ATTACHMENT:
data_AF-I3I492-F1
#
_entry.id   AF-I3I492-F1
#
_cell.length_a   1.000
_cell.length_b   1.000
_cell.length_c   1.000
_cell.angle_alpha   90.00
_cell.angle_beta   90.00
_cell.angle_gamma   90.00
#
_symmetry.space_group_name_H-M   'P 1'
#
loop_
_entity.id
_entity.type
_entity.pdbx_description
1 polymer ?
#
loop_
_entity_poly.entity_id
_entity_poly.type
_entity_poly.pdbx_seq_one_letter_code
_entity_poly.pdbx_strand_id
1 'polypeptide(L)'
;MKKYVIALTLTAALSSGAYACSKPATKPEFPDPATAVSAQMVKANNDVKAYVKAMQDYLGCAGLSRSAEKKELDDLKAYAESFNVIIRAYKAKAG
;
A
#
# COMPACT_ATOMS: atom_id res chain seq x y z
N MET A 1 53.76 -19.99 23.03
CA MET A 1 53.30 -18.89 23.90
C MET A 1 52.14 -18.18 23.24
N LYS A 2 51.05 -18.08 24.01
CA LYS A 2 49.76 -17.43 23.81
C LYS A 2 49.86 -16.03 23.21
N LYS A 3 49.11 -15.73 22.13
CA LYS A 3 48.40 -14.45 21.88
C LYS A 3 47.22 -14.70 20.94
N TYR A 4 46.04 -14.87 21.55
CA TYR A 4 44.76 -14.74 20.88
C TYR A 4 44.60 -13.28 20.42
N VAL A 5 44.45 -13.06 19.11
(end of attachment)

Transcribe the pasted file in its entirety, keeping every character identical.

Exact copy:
data_AF-I3I492-F1
#
_entry.id   AF-I3I492-F1
#
_cell.length_a   1.000
_cell.length_b   1.000
_cell.length_c   1.000
_cell.angle_alpha   90.00
_cell.angle_beta   90.00
_cell.angle_gamma   90.00
#
_symmetry.space_group_name_H-M   'P 1'
#
loop_
_entity.id
_entity.type
_entity.pdbx_description
1 polymer ?
#
loop_
_entity_poly.entity_id
_entity_poly.type
_entity_poly.pdbx_seq_one_letter_code
_entity_poly.pdbx_strand_id
1 'polypeptide(L)'
;MKKYVIALTLTAALSSGAYACSKPATKPEFPDPATAVSAQMVKANNDVKAYVKAMQDYLGCAGLSRSAEKKELDDLKAYAESFNVIIRAYKAKAG
;
A
#
# COMPACT_ATOMS: atom_id res chain seq x y z
N MET A 1 53.76 -19.99 23.03
CA MET A 1 53.30 -18.89 23.90
C MET A 1 52.14 -18.18 23.24
N LYS A 2 51.05 -18.08 24.01
CA LYS A 2 49.76 -17.43 23.81
C LYS A 2 49.86 -16.03 23.21
N LYS A 3 49.11 -15.73 22.13
CA LYS A 3 48.40 -14.45 21.88
C LYS A 3 47.22 -14.70 20.94
N TYR A 4 46.04 -14.87 21.55
CA TYR A 4 44.76 -14.74 20.88
C TYR A 4 44.60 -13.28 20.42
N VAL A 5 44.45 -13.06 19.11